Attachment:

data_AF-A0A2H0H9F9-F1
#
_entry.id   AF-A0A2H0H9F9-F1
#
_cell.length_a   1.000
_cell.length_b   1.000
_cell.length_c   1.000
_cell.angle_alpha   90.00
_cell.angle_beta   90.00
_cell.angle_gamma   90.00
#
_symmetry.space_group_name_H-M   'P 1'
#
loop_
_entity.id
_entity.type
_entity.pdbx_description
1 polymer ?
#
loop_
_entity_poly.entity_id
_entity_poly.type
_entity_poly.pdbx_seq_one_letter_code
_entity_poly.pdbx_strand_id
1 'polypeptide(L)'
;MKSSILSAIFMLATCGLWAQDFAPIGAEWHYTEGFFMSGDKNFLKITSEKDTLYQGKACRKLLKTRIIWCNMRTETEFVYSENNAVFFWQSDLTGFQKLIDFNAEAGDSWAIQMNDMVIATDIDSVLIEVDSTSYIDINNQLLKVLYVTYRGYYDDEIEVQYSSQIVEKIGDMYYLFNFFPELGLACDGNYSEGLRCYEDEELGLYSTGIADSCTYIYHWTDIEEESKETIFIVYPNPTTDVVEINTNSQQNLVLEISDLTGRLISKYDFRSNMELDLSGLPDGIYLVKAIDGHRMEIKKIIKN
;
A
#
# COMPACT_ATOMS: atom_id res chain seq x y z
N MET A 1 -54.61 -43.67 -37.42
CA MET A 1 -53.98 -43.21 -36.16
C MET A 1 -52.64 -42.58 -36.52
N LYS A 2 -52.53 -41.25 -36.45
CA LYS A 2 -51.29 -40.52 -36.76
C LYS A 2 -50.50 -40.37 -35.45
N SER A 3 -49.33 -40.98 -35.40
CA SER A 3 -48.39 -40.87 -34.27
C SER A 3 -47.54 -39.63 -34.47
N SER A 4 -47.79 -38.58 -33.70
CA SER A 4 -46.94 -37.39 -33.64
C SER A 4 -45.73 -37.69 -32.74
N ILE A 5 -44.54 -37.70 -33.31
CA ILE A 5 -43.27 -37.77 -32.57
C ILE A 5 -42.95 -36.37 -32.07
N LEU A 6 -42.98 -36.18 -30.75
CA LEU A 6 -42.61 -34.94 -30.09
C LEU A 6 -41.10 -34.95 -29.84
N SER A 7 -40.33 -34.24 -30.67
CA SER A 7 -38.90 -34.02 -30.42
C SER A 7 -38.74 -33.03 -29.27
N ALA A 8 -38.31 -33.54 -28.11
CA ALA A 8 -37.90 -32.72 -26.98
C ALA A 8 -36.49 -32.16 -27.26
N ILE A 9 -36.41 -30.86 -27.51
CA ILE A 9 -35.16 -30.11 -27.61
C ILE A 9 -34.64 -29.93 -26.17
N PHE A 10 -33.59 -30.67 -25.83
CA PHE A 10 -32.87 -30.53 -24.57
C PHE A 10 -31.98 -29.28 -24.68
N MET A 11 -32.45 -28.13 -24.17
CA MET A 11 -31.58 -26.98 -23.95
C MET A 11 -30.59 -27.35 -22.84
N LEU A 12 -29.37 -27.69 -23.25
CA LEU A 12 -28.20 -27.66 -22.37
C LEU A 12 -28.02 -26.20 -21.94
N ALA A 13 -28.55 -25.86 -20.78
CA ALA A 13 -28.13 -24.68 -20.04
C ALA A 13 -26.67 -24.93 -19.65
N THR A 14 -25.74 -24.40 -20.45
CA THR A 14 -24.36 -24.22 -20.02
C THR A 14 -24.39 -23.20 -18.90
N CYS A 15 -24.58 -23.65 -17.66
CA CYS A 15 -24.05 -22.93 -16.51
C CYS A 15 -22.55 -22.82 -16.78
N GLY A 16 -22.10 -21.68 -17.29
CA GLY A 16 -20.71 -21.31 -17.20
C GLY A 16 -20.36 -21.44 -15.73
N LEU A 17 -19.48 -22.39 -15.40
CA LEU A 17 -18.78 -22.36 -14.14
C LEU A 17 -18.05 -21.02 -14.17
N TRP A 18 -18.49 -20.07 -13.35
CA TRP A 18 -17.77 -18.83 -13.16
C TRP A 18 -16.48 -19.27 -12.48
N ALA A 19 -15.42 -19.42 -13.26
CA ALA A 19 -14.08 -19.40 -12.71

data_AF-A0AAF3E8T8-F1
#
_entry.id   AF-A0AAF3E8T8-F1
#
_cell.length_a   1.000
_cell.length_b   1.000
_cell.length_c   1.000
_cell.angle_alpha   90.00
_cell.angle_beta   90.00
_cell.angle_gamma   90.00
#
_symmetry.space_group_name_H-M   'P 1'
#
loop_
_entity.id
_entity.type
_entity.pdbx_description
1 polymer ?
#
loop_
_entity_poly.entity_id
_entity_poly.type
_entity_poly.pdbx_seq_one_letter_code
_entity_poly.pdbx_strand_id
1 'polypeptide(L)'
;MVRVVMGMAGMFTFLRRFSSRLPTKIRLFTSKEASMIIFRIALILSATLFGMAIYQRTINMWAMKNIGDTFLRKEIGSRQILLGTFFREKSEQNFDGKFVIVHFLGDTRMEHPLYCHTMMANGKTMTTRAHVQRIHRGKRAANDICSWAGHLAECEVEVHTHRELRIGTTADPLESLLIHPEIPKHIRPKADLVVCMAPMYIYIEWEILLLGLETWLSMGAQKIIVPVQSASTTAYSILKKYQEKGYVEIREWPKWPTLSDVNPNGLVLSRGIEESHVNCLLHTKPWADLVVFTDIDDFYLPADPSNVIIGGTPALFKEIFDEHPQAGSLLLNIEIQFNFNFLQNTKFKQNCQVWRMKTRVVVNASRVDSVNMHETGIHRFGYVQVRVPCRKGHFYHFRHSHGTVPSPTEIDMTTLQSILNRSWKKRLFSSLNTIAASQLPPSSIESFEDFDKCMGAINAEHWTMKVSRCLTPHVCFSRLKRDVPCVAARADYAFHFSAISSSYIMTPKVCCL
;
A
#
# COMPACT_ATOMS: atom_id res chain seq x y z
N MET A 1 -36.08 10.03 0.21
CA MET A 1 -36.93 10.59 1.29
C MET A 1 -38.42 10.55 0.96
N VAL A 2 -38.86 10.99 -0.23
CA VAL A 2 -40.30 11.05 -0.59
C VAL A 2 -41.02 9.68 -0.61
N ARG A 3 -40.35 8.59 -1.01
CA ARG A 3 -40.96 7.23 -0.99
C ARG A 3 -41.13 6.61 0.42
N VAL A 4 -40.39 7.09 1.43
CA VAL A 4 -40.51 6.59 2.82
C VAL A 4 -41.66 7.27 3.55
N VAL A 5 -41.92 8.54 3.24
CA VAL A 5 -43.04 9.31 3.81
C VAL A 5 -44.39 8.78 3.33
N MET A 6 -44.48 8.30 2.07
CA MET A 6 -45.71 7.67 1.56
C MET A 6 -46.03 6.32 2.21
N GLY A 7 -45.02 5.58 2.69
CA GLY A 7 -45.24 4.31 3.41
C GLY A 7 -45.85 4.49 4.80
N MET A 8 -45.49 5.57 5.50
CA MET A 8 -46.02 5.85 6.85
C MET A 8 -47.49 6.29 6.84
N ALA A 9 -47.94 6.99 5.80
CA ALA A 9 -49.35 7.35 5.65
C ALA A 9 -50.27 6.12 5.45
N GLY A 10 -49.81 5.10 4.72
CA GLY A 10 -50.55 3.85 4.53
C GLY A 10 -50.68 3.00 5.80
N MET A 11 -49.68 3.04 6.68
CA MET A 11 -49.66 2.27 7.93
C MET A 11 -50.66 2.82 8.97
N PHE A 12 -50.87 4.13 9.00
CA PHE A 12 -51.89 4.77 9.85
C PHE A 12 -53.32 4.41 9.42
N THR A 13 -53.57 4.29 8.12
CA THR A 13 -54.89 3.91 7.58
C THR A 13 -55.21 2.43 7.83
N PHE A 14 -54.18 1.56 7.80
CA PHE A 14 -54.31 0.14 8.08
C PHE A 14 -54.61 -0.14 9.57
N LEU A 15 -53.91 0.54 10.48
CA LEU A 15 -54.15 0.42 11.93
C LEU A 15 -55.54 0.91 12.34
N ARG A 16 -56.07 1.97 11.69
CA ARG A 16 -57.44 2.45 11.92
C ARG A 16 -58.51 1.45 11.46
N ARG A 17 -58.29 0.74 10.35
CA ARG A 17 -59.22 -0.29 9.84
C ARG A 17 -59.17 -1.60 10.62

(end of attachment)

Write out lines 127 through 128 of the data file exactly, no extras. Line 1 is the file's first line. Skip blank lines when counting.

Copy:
CA VAL A 4 -40.51 6.59 2.82
C VAL A 4 -41.66 7.27 3.55